Rebuilding the American Dream

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This past weekend, more than 24,000 Americans gathered in house meetings all across America to discuss proposals to rebuild the American Dream.  The collective input from all of these meetings is being organized into an action plan to build a new social contract in America.  High on everyone’s list of concerns is the increasingly unfair distribution of wealth, incomes, and the burden of taxation.  Van Jones, one of the inspirational organizers of the movement, has some sobering messages for all Americans in his video “The Three Big Lies.” Here are the summary sound-bites from The Three Big Lies.

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A couple of dozen house meetings were held in the Albany and Saratoga Springs areas in New York on July 16 and 17.   The one in Troy, NY that I attended produced more than three hours of thoughtful and inspirational discussions.  Here is the report in yesterday’s Schenectady Gazette on the meeting held at the Moon & River  Cafe in Schenectady’s historic Stockade District:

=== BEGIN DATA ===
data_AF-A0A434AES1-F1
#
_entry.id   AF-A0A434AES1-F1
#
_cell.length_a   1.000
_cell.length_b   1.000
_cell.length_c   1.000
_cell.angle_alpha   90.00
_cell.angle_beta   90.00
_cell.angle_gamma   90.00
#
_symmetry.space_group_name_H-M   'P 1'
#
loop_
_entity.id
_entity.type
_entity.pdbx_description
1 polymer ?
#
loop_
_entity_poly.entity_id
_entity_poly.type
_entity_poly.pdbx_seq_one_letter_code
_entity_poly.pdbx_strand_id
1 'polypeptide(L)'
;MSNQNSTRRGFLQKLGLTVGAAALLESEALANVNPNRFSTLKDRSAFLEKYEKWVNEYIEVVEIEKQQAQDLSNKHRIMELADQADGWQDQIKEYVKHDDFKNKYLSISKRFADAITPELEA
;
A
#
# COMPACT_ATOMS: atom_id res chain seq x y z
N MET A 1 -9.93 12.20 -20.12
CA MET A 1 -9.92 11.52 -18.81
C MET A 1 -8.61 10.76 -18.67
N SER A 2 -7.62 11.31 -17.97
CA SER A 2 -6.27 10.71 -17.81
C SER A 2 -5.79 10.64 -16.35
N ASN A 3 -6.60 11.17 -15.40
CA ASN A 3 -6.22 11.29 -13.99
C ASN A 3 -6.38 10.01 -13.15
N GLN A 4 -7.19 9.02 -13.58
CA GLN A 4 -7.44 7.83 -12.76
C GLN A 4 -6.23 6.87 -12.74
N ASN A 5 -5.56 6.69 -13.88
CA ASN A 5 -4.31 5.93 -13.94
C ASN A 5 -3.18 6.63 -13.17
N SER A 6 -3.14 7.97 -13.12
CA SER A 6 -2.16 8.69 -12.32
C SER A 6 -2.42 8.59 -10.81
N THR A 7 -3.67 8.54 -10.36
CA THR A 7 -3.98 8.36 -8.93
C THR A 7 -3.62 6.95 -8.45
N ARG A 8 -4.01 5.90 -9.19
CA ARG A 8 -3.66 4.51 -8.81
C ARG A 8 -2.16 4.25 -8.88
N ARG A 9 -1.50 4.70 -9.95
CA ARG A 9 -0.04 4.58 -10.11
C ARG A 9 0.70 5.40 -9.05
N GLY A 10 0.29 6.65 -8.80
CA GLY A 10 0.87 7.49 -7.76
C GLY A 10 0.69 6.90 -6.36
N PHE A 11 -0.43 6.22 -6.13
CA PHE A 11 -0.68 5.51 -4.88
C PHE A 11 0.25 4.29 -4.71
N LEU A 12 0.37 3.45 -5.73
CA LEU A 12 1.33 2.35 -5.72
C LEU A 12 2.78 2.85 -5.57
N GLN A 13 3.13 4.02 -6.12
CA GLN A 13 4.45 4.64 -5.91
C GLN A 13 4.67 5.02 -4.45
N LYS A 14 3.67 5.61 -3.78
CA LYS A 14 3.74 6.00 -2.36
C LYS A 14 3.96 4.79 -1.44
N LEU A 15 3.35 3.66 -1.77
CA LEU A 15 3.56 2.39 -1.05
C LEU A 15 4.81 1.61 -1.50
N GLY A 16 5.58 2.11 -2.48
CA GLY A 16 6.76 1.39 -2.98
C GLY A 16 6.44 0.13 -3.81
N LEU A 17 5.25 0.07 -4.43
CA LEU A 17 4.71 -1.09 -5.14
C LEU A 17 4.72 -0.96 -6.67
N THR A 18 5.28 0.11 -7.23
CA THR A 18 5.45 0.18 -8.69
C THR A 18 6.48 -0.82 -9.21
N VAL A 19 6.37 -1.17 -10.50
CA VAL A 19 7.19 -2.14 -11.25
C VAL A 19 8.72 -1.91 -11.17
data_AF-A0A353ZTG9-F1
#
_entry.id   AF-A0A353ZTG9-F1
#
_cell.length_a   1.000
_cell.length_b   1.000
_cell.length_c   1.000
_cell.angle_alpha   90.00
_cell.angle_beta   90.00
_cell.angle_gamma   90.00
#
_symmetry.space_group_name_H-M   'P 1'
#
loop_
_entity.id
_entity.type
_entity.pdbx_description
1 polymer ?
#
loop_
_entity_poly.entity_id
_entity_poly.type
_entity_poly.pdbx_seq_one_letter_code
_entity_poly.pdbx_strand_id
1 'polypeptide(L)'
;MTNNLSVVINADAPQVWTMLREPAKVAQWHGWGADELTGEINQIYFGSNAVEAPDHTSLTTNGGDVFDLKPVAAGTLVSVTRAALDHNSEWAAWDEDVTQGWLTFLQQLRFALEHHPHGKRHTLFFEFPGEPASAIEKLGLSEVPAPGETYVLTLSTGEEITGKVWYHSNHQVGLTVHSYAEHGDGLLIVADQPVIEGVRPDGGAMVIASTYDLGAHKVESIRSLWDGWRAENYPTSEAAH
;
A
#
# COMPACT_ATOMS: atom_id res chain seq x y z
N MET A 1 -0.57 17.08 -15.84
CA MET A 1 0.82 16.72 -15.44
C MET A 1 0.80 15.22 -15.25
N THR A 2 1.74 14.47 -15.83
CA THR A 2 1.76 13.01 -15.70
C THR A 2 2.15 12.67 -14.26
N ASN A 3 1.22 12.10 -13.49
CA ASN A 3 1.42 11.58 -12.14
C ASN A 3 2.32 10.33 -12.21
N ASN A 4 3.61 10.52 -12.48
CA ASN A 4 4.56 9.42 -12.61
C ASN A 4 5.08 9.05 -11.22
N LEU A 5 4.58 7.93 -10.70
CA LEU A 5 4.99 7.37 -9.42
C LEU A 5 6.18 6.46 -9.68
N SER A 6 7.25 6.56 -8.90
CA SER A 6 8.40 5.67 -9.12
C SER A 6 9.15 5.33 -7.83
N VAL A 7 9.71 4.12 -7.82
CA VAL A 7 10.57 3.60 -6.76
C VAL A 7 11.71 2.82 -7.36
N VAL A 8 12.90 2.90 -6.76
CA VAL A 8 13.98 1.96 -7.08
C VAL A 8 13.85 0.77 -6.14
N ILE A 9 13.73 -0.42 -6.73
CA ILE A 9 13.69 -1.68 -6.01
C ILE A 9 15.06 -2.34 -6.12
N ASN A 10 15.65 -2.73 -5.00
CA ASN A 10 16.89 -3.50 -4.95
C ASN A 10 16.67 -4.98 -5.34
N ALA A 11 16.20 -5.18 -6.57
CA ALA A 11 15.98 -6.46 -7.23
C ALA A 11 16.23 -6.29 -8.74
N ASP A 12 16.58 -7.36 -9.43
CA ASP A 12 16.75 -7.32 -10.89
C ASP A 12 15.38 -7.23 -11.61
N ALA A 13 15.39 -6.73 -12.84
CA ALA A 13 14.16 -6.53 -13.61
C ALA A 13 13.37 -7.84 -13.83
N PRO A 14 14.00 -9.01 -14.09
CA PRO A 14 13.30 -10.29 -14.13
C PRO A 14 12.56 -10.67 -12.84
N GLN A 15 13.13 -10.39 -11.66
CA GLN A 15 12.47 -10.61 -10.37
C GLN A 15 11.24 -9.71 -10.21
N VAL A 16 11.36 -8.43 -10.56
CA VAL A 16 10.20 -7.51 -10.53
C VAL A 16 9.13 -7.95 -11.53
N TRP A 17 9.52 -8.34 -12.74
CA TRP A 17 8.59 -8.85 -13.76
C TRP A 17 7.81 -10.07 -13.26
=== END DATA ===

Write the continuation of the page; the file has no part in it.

“Concerned citizens join national discussion on economy, politics,” By David Lombardo (Contact), Gazette Reporter, Sunday, July 17, 2011

Gazette Photographer: Stacey Lauren-Kennedy: From left, organizer Harold Miller, Maxine Borom of Niskayuna, Helga Schoroeter of Schenectady, Susan Spring Meggs of Rotterdam, Linda Muralidharan of Schenectady, Joe Seeman of Ballston Spa, and James Bittner of Schenectady meet at the Moon & River Cafe in Schenectady on Saturday for one of many AmericanDream house meetings held across the nation this weekend to share stories, express hopes, hone ideas and craft a plan for working together to fix the economy.

SCHENECTADY — Tea was an option for the people gathered at the Moon & River Cafe on Saturday afternoon, but no one would have mistaken this American Dream house meeting for a modern day political tea party.